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Editorial: Agency must be accountable for taxpayer funds

7:58 PM, May 1, 2013  |  Comments
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The Legislative Audit Bureau on Wednesday released its report on the Wisconsin Economic Development Corp., the public-private economic development agency set up by Gov. Scott Walker to replace the Department of Commerce.

The results show a lack of oversight and accountability for the public-private agency responsible for economic development, business growth and job creation. For example, in fiscal year 2011-12, the WEDC spent $80.1 million but didn't keep track of what it spent on each of its programs.

Blame the problem on growing pains of a new department or the decision to cut the workforce from 300 to 50 or a CEO who left after 16 months or the inability to keep a chief financial officer on the job, the fact remains that a lot of money is at stake here.

That financial assistance part is key, not only because the grants, loans and tax credits can help attract businesses as well as keep existing ones here, but because almost all of the money is taxpayer-funded.

Wisconsin residents have a right to know how their money is being managed and whether it is being managed correctly.

Based on the audit, the WEDC has not done a good job of that since it became operational in July 2011 under its former CEO, Paul Jadin. The former Green Bay Area Chamber of Commerce president left the position after 16 months amid reports of a lack of oversight of $56 million in loans.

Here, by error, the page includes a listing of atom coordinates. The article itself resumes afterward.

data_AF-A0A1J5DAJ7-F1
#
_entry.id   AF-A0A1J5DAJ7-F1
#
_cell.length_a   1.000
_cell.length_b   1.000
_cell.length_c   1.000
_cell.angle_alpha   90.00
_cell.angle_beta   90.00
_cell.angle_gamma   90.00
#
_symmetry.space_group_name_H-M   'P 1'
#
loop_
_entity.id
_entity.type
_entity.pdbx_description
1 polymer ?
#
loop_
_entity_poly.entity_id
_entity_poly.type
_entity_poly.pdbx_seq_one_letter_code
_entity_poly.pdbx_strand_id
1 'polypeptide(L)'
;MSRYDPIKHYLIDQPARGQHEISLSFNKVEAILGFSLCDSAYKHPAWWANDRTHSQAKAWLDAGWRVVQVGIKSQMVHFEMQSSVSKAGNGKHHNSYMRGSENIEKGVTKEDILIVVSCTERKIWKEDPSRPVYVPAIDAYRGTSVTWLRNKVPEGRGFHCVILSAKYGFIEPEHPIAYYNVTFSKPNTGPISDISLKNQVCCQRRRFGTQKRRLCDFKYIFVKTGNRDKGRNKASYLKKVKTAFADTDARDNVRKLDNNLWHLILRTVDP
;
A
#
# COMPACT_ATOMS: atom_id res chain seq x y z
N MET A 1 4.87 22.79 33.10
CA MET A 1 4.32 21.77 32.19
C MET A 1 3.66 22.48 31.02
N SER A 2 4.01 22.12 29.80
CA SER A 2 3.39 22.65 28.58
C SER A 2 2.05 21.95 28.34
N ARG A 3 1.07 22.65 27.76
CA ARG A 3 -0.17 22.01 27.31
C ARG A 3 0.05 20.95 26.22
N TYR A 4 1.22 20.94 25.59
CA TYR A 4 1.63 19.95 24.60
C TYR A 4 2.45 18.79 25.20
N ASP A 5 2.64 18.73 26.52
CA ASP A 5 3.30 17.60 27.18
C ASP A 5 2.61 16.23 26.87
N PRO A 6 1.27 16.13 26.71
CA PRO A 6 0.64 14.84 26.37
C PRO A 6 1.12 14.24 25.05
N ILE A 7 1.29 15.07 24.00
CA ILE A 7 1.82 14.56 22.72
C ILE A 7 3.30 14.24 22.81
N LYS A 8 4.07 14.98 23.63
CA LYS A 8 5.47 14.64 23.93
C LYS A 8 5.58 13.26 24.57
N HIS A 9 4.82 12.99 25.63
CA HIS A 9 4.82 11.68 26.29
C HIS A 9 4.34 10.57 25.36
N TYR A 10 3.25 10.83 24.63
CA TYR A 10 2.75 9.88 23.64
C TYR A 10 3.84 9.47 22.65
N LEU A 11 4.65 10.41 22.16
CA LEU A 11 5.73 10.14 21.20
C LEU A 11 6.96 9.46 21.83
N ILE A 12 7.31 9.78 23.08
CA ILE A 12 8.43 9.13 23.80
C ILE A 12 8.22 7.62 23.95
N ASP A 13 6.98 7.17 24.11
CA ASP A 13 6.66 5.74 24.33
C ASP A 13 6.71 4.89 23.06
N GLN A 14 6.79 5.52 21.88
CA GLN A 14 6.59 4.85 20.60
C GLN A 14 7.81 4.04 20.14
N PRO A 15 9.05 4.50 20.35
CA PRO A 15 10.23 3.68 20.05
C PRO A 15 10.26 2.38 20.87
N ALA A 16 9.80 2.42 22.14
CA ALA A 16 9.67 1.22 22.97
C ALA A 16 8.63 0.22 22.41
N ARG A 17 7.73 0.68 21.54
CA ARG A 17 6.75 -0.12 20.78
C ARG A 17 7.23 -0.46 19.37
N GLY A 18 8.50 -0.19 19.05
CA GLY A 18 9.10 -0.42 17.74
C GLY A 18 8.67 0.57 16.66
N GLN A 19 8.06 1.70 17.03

Reed Hall was lured out of retirement from the Marshfield Clinic to head up the WEDC. He has been officially on the job since January, but he has been aware of the agency's mistakes since he was named interim CEO in November.

In reaction to the report on Wednesday, Hall said the WEDC had already identified many of the issues raised in the Legislative Audit Bureau audit.

That's true. In a February meeting with the Press-Gazette Media editorial board, Hall outlined changes the WEDC was making to correct some of the missteps, including creating a new loan-related position, establishing a credit committee for large loans, hiring a new chief financial officer (who just resigned last month - the third to do so), and purchasing a new computer system to better keep track of loans and tax credits.

WEDC even ordered audits by Financial Institutions Products Corp. and Schenck SC last year.

However, the audit by the nonpartisan LAB provides recommendations on how to proceed from here. It's a good starting point for correcting those mistakes.

There are bound to be some missteps when you replace a department, slash the workforce and give the new public-private organization six months to get up and running and administering 30 economic development programs.

Now that those mistakes have been identified, it's up to Hall and the Legislature to get the right personnel in place, provide them with the right tools to do their job and ensure they follow the law.

The audit said: "WEDC must ensure accountability for, and effective management of, its taxpayer funds."

That, plainly and simply, is the issue here - accountability of taxpayer funds. The WEDC is on notice.

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